Top White House economist dismisses trade war fears

Top White House economist dismisses trade war fears
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The top White House economist on Thursday sought to tamp down fears of growing trade tensions between the U.S. and China and insisted that Trump administration officials are united behind the president’s agenda.

Kevin Hassett, chairman of the White House Council of Economic Advisers, told reporters that the importance of fighting for more fair trade terms with China shouldn’t be overshadowed by fears of economic harm triggered by retaliation.

“We need to move toward a world where trade barriers around the world come down, not just for us, but for our trading partners,” Hassett told reporters at a Washington, D.C., breakfast hosted by The Christian Science Monitor.

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"The objectives are sometimes lost as people think about what's the worst thing that could possibly happen.”

Hassett’s remarks come as a Treasury Secretary Steven MnuchinSteven Terner MnuchinUS, China reach limited trade deal ahead of tariff deadline Lawmakers strike spending deal to avert shutdown McConnell accuses Democrats of stonewalling funding talks with wall demands  MORE and U.S. Trade Representative Robert LighthizerRobert (Bob) Emmet LighthizerGOP senator warns quick vote on new NAFTA would be 'huge mistake' Pelosi casts doubt on USMCA deal in 2019 Pelosi sounds hopeful on new NAFTA deal despite tensions with White House MORE prepare for a trip to China to seek a way to ease trade tensions.

"I think China is very serious. We're very serious,” President TrumpDonald John TrumpSenate gears up for battle over witnesses in impeachment trial Vulnerable Democrats tout legislative wins, not impeachment Trump appears to set personal record for tweets in a day MORE said Tuesday at the White House as he announced the trip. “We've put on very substantial tariffs, and that will continue unless we make a trade deal. I think we've got a very good chance of making a deal.”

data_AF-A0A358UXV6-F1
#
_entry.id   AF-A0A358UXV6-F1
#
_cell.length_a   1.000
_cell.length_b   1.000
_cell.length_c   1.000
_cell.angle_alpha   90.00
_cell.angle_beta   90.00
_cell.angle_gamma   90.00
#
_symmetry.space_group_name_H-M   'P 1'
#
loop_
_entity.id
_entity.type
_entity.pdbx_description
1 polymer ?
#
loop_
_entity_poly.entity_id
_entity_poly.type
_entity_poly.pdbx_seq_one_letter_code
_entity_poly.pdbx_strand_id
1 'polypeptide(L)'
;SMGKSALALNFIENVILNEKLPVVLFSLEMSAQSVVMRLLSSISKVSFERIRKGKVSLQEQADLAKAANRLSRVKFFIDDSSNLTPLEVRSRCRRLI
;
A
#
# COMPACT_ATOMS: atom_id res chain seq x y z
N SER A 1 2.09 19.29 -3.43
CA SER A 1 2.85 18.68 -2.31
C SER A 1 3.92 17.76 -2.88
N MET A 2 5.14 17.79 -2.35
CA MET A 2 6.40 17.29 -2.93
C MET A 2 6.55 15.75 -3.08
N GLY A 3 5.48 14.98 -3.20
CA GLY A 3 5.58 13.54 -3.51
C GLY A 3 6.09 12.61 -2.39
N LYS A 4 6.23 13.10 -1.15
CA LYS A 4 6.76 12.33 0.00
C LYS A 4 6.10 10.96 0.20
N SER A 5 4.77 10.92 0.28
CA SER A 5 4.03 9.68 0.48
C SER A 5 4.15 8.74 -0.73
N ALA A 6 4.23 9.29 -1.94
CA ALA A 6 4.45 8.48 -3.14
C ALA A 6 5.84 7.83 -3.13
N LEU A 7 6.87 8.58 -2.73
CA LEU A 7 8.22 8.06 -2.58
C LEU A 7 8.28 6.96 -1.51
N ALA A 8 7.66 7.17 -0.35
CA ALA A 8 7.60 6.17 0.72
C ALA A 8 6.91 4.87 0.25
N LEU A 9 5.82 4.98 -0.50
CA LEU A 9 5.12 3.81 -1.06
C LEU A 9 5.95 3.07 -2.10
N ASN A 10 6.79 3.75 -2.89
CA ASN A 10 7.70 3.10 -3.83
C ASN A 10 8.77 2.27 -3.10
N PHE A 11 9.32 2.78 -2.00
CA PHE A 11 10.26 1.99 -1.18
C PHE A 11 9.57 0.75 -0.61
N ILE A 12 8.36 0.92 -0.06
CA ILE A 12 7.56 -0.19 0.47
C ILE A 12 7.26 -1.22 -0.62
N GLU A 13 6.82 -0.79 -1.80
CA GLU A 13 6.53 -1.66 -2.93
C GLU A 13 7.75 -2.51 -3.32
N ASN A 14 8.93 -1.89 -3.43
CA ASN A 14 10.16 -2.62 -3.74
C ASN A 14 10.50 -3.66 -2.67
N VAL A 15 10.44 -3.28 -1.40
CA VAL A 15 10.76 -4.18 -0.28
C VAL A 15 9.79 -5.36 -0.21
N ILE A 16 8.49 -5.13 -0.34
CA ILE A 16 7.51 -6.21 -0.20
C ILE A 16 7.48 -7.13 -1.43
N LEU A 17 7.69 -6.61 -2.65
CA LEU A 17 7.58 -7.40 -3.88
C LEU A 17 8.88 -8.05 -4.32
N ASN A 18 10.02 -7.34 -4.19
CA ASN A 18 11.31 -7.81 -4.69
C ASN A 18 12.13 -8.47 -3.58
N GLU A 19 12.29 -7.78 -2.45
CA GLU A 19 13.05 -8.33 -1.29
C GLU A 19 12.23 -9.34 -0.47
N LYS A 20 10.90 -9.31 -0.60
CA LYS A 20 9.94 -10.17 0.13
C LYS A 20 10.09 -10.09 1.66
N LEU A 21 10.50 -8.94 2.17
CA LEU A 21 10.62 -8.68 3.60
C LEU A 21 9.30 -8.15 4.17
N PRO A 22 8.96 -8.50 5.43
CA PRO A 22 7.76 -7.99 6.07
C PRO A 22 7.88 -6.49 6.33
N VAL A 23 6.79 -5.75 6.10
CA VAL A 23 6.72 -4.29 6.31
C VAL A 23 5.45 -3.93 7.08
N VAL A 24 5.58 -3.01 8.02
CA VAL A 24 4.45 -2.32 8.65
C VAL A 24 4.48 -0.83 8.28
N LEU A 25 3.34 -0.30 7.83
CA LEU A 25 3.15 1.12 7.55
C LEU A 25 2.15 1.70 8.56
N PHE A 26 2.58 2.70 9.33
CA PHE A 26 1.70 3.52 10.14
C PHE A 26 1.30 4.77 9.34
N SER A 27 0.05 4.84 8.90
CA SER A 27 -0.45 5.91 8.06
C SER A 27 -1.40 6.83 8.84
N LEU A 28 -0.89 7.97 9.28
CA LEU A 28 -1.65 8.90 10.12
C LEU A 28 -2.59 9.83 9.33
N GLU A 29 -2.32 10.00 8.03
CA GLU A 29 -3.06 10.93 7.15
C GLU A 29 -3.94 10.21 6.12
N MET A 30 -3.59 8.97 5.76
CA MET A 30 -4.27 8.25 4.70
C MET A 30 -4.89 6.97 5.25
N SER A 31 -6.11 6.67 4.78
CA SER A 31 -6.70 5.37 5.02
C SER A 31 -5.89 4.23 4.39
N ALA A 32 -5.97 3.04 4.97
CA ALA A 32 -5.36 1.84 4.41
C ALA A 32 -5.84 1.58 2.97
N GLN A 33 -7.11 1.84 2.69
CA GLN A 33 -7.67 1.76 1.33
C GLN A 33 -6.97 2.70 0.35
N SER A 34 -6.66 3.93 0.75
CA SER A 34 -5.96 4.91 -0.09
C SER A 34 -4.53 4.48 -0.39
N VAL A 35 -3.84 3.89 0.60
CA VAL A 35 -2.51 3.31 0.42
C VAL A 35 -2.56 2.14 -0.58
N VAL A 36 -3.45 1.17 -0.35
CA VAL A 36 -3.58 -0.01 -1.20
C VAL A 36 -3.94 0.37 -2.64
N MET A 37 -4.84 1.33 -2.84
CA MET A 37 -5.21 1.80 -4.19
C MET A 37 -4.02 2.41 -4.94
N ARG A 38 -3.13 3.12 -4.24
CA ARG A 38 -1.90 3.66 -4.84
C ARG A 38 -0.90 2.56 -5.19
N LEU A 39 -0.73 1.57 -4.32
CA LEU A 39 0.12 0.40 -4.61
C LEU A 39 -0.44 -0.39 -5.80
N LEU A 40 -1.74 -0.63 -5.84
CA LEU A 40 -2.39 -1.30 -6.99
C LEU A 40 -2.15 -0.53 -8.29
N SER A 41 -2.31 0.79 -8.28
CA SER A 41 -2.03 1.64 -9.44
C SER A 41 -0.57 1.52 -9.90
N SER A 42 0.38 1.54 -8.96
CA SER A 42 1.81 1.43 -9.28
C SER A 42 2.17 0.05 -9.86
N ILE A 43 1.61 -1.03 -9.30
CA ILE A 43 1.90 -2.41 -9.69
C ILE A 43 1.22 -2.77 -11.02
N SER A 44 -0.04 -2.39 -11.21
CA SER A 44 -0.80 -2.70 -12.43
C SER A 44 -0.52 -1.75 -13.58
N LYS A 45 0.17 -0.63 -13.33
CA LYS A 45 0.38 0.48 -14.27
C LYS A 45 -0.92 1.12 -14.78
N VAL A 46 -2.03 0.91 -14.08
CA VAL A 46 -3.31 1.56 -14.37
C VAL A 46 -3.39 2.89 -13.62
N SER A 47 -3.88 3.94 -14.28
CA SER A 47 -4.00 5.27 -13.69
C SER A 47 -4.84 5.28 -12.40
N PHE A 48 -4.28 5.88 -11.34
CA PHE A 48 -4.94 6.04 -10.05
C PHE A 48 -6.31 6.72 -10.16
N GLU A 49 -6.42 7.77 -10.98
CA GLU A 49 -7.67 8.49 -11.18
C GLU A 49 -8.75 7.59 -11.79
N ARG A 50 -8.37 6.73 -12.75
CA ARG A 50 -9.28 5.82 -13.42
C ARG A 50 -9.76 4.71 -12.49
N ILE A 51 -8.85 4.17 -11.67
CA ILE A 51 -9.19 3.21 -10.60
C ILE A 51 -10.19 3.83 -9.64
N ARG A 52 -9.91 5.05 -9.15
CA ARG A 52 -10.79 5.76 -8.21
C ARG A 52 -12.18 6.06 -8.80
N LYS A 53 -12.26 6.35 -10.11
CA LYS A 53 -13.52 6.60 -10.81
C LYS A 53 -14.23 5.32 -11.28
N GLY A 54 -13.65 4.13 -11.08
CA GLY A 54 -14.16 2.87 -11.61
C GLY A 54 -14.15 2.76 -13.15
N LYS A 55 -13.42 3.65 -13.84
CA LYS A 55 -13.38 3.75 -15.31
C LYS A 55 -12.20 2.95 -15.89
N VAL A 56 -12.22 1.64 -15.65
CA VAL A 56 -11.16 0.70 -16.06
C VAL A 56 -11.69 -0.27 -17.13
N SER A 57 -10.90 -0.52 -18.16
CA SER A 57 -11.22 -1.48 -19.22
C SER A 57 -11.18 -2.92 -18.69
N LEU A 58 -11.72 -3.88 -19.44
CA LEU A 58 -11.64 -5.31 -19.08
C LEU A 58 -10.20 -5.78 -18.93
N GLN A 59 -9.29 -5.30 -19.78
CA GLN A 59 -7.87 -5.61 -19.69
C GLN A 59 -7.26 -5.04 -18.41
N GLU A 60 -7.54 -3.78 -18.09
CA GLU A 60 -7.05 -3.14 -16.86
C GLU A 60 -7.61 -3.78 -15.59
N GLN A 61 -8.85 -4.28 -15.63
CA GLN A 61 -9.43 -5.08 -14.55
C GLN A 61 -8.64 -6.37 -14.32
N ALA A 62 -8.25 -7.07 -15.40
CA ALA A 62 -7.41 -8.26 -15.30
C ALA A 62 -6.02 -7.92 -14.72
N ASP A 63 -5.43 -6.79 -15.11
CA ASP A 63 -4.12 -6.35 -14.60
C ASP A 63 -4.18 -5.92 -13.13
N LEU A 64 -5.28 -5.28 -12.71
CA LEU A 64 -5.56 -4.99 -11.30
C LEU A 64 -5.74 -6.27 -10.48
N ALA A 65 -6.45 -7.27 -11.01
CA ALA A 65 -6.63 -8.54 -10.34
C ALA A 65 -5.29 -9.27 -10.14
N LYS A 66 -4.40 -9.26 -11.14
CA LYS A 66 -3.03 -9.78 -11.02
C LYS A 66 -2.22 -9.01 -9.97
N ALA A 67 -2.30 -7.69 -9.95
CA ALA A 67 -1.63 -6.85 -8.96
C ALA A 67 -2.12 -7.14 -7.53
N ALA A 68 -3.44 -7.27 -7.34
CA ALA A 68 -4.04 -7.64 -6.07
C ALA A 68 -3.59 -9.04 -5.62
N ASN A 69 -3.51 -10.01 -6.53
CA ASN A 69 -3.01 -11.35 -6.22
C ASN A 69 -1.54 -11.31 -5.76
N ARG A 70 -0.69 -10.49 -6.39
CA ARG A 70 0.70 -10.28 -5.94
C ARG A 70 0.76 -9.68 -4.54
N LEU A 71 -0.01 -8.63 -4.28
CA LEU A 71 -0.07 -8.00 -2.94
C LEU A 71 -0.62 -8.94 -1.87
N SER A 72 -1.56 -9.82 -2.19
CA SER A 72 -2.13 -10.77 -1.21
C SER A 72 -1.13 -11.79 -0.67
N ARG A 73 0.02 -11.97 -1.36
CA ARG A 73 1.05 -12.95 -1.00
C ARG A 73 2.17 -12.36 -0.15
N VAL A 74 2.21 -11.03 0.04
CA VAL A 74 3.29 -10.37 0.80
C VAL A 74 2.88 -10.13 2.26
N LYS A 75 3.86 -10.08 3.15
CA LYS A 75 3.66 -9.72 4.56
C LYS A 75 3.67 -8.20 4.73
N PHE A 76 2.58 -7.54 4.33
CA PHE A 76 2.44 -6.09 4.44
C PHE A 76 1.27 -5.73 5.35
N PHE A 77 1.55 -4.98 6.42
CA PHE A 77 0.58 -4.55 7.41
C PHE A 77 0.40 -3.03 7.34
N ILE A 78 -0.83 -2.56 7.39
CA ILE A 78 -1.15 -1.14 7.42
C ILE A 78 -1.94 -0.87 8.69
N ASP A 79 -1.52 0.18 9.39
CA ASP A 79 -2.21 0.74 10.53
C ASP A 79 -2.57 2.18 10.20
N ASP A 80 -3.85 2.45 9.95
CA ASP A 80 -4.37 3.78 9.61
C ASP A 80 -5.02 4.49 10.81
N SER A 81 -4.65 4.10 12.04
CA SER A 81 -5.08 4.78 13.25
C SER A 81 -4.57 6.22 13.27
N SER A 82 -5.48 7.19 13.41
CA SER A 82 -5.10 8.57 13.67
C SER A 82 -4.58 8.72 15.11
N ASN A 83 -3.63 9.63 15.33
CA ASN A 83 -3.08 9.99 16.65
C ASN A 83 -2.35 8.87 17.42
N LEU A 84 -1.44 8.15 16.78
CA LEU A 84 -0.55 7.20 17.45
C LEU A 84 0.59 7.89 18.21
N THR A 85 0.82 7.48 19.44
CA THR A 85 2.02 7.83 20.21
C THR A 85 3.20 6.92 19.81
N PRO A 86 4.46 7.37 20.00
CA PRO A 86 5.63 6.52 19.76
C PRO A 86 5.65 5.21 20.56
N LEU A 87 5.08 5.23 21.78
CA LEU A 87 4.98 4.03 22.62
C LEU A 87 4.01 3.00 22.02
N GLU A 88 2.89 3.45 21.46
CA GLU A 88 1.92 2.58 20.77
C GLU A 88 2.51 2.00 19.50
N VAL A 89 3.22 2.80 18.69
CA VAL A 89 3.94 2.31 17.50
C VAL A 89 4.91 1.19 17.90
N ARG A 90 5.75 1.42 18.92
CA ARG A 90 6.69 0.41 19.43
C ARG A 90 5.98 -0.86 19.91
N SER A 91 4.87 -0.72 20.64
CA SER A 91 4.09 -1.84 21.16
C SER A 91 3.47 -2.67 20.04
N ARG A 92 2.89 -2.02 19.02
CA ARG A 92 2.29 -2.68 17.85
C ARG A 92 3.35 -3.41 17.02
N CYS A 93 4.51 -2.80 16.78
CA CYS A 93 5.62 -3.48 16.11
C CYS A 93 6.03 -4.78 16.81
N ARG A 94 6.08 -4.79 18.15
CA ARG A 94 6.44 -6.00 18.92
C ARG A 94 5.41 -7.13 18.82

Trump has threatened to impose up to $150 billion in tariffs on Chinese imports to the U.S., prompting threats of retaliation from Beijing. While some of the tariffs include Trump’s levies on all imported steel and aluminum, other parts of the package are specifically targeted at China in what the president says is a response to years of intellectual property theft from U.S. companies.

While Hassett is not involved in trade negotiations, his 2018 White House economic report included extensive analysis of the harms caused to the U.S. economy. He said Thursday that Chinese theft of U.S intellectual property could cost the U.S. more than $100 billion a year by some estimates.

"If China is going to be the largest economy on Earth, then they need to start acting liking it,” Hassett said. “They need to start respecting things like intellectual property rules, not require people to joint venture to operate in the country and then transfer their technology to the Chinese company."

Hassett also rejected the notion that there were deep private divides among Trump’s economic advisers on trade policy.

Trump’s economic team is split between supporters of free trade — such as National Economic Council Director Larry Kudlow, who had spoken out against tariffs before joining the White House — and protectionists like Lighthizer and trade adviser Peter Navarro, who have supported strong levies on Chinese goods.

Kudlow’s predecessor, Gary CohnGary David CohnGary Cohn says he's 'concerned' no one is left in White House to stand up to Trump Trump says US will hit China with new round of tariffs next month Gary Cohn bemoans 'dramatic impact' of Trump tariffs MORE, left the White House earlier this year in opposition to Trump’s tariffs, and Mnuchin had reportedly urged the president to avoid tariffs.

Hassett insisted that the idea that “everything that everybody in the trade space wants to do is hated by a subset of the team is not accurate.”

“When we look at the asymmetries in the global trading structure, they're really notable and disturbing,” Hassett said. “The objectives are really worthy ones, and there are discussions and negotiations going on right now that I don't participate in and thus can't comment on, but everyone's hopeful that they'll reach a positive outcome."

Hassett also threw his support behind GOP efforts to cement individual tax cuts from last year’s overhaul that are set to expire at the end of 2025.

Republican senators have become nervous about voting on another tax package before the election, given the high toll the 2017 cuts are projected to have on the federal debt. But a tax-cut extension is a priority for House Speaker Paul RyanPaul Davis RyanJeffries blasts Trump for attack on Thunberg at impeachment hearing Live coverage: House panel debates articles of impeachment House Ethics Committee informs Duncan Hunter he can no longer vote after guilty plea MORE (R-Wis.), who is set to retire at the end of the year.

Hassett said he did not know when Congress would move on an extension, but said, "I know that the president thinks that it is a good idea and would celebrate it happening." He also said a conservative push to index the capital gains tax to inflation is a “worthy idea.”

"It's probably not nearly the big deal now that it was back when inflation was a really big number, but if a tax is supposed to be on real income, then we should index capital gains,” Hassett said.